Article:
Student motivation in online science courses: A path to spending more time on course and higher achievement

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Written by:

Joshua Rosenberg
Michigan State University
[email protected]


Dr. John Ranellucci
Hunter College, CUNY
[email protected]

How can we motivate our students to engage with the course material and learn as much as possible? This is a question that educational researchers, teachers, and instructional designers have been trying to answer for years. Although student motivation is important in virtually all learning settings, it is especially important in online courses for which student success depends largely on students taking an active role in their learning and self-regulating their behaviors. Prior to delving into the “what does motivation look like in our courses” and “how can we support student motivation” parts of this equation, it is important to first clearly understand what motivation is.

What is motivation?

We all have experienced what motivation is, what it looks like, and how it feels. We might describe the experience of motivation as having a clear goal in mind, feeling energized toward reaching that goal and caring about the outcome. Although we all intuitively know what motivation is, we might not agree on a specific definition or the key ingredients of this concept. Similarly, educational researchers have explained motivation in dozens of different ways, with common themes but little consensus. This is partially based on subjective preferences of different individuals or researchers but is mostly due to the complexity of the multi-faceted concept of motivation.

In a recent blog post, Stephanie Wormington does an excellent job of highlighting the complexity of comprehensively measuring and interpreting motivation across five key dimensions. The dimensions Stephanie writes about are perceived competence, value, mastery, performance approach, and performance-avoidance. We adopt a similar approach; however, we focus on three dimensions identified as particularly important aspects of motivation from past research namely perceived competence (Pekrun, 2006), utility-value (Eccles & Wigfield, 2000), and interest (Hidi & Renninger, 2006).

  • Perceived competence (“Can I do it?”): Relates to students’ expectancy for success and their level of confidence in their ability.
  • Utility-value (“Will I be able to use what I learn?”): Consists of the perceived usefulness or practical relevance of the learning content.
  • Interest (“Do I care about what I’m doing?”): Involves the personal relevance and individual attraction to the learning content.

Having established what motivation is and how we conceptualize motivation across these three dimensions, the first question that we wanted to answer through our work with Michigan Virtual School students was “What does motivation look like in our online classes?”

What does motivation look like in our online classes?

With MVLRI researcher Kristen DeBruler’s guidance and support, and help from cooperating course instructors and students, we asked students in five MVS science courses (Anatomy & Physiology, Forensic Science, Oceanography, Physics, and Biology) about their motivation — in particular, their perceived competence, utility value, and interest. We also kept track of the time students spent on the course website and their final course grades.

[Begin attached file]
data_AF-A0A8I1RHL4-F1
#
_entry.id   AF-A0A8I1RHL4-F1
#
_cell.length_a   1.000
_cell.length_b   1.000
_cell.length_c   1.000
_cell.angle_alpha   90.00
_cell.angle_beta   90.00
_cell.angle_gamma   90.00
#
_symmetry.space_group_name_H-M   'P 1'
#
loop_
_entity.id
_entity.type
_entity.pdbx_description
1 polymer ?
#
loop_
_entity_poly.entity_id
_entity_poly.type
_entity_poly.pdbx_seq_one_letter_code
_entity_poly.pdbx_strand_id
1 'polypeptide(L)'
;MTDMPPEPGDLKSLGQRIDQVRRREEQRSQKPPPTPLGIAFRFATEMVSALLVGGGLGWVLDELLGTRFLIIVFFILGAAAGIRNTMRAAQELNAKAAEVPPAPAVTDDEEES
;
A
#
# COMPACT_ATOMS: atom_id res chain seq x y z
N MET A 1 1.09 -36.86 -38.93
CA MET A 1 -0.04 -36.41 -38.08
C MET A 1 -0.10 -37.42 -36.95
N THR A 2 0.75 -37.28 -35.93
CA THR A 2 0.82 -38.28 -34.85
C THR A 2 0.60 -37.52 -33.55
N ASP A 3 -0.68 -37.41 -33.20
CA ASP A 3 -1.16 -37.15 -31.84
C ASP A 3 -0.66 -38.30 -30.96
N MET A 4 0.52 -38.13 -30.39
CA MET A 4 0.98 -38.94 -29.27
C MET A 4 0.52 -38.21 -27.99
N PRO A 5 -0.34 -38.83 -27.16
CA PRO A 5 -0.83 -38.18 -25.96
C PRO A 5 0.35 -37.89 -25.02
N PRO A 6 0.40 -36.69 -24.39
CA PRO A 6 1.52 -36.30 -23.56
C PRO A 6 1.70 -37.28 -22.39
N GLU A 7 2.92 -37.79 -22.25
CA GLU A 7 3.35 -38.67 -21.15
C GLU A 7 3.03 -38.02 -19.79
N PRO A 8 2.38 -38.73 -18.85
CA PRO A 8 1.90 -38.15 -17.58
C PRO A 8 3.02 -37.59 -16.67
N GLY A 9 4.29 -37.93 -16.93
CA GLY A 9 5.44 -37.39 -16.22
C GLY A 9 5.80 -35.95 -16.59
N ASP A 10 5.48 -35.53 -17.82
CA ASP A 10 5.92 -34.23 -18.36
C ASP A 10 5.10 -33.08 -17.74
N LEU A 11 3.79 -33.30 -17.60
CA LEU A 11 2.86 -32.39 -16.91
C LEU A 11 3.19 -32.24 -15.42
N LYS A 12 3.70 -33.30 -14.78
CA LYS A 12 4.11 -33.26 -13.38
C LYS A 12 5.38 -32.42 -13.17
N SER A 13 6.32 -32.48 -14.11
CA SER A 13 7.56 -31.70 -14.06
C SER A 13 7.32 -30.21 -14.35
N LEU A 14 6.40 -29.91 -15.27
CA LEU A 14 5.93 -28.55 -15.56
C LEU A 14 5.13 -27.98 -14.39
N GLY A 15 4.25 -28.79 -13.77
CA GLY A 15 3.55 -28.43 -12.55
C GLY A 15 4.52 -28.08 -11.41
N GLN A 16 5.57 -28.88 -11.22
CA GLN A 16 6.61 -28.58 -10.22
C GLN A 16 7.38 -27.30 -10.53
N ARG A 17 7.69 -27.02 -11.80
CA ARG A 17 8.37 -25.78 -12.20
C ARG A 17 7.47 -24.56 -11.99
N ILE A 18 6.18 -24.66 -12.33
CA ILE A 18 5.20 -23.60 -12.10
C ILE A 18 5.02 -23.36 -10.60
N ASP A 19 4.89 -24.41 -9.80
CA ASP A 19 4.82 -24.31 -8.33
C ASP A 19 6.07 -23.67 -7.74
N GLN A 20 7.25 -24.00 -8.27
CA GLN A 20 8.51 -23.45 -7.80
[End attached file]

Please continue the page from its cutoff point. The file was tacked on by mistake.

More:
In particular, we were interested in how perceived competence, utility value, and interest differed between science courses offered through MVS. As you can see from the figure below, on a scale of 1 (strongly disagree) to 5 (strongly agree) students reported high levels of perceived competence, utility value, and interest in all of the science courses explored. Actually, students were close to the maximum possible score on our measure of interest and utility value in Anatomy & Physiology and indicated similarly high levels of interest in Forensic Science, and Oceanography. Although perceived competence and utility value seem low in a few courses (e.g., Forensic Science, Oceanography, and Biology), these values correspond to a response between “Neutral” and “Agree.” We also note differences between classes: while utility value and interest were both high relative to perceived competence in Anatomy & Physiology and Physics, interest was significantly higher than utility value for students in Forensic Science, Oceanography, and Biology.

The take home message: While based on descriptive statistics and so needing to be interpreted as an overview, students in MVS’s online science classes are confident, interested, and see the courses as useful; but there are important differences between classes, and these scores can be higher, particularly in physics and biology.

Student motivation graph

What outcomes does motivation relate to in our online courses?

The second question we asked was “What does motivation relate to in our online courses?” We decided to focus on two main outcomes that we thought should relate to students’ perceived competence, utility value, and interest.

First, we examined the relationship between these three parts of motivation and the amount of time students spent on the course website. As examined with linear models, the figure below shows that as students’ perceived competence, utility value, and interest increase, the amount of time that students spend in hours on the course website also increased significantly. (Each type of motivation demonstrated a relationship with time spent that was statistically distinct from no relationship,) Furthermore, based on the sharper increase in utility value, we see that this is an especially relevant variable for predicting time spent on the course.

The take home message: Although all three factors are important and in particular students will spend more time engaging with the course content if they understand how the content is useful in their lives.